Just after 10 a.m. during the second of Columbia's 16 full days in orbit, something drifted away from the shuttle at the speed of a brisk walk.

Columbia was flying at 17,500 mph, tail-first and upside down, its open cargo bay pointing toward the planet below.

The object, measuring no more than 1 square foot, began to spin faster and faster. It took 2 1/2 days to fall out of orbit and burn up in the atmosphere.

It twirled and twinkled as it fell to Earth.

Apparently unseen by human eyes, it was recorded by military radar and stored in a computer.

There the reading stayed until after the accident, when Air Force technicians discovered it among thousands of automatic radar sweeps of Columbia in space.

In the surveillance files of the Air Force 21st Space Wing, the electronic traces of the mysterious object amounted to little more than squirts of static.

Had something drifted out of the open cargo bay on Jan. 17?

NASA investigators checked the lost-and-found log at Kennedy Space Center and discovered seven missing tools — an Allen wrench, screwdrivers, a flashlight and pliers.

Had the shuttle been hit by something in orbit?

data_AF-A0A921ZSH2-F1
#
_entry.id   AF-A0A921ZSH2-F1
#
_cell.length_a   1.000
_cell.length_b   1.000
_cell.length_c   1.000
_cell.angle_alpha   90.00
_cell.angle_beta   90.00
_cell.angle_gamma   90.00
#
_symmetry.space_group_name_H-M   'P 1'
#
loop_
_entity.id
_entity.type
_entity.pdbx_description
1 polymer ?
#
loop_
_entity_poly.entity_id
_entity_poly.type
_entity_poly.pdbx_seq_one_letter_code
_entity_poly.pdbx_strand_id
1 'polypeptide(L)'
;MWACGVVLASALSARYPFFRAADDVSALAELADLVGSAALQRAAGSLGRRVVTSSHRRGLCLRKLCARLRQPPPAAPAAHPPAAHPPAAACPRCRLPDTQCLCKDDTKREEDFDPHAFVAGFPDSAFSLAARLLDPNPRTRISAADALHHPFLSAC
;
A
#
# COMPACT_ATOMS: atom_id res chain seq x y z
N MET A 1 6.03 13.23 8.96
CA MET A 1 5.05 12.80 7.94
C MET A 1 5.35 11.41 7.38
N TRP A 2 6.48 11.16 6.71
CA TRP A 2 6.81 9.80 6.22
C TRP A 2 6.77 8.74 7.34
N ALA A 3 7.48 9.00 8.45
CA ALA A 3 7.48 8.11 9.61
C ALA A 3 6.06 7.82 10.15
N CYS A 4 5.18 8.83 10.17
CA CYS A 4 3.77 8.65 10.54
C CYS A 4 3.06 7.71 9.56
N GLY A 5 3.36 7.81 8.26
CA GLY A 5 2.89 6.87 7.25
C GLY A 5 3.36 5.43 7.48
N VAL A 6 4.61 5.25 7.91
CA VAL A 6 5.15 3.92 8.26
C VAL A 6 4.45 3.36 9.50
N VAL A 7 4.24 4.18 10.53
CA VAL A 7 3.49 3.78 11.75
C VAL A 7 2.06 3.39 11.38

Investigators checked mission records to see if Columbia had shuddered from the impact of a meteoroid or orbital debris.

They found nothing out of the ordinary.


Only one place had a chance of deciphering the faint radar signal — the Hog Works, a windowless laboratory behind two sets of locked security doors at Wright-Patterson Air Force Base near Dayton, Ohio.

Inside, signs warned against classified discussions in the hallways. A red security light flashed in warning when the janitor came by to mop the floors.

When a visitor entered the building, a researcher made a timeout gesture with his hands like a football referee, indicating that conversations should stop.

Technically, the radar range was called an occult chamber.

The sealed room was the size of a strip mall cinema. Its walls, floor and high ceiling were covered with thick layers of blue sculpted baffles that resembled the sound-scattering acoustic clouds in a concert hall.

In the center was a 40-foot-high pylon. Researchers secured targets at the top and bombarded them with radar waves.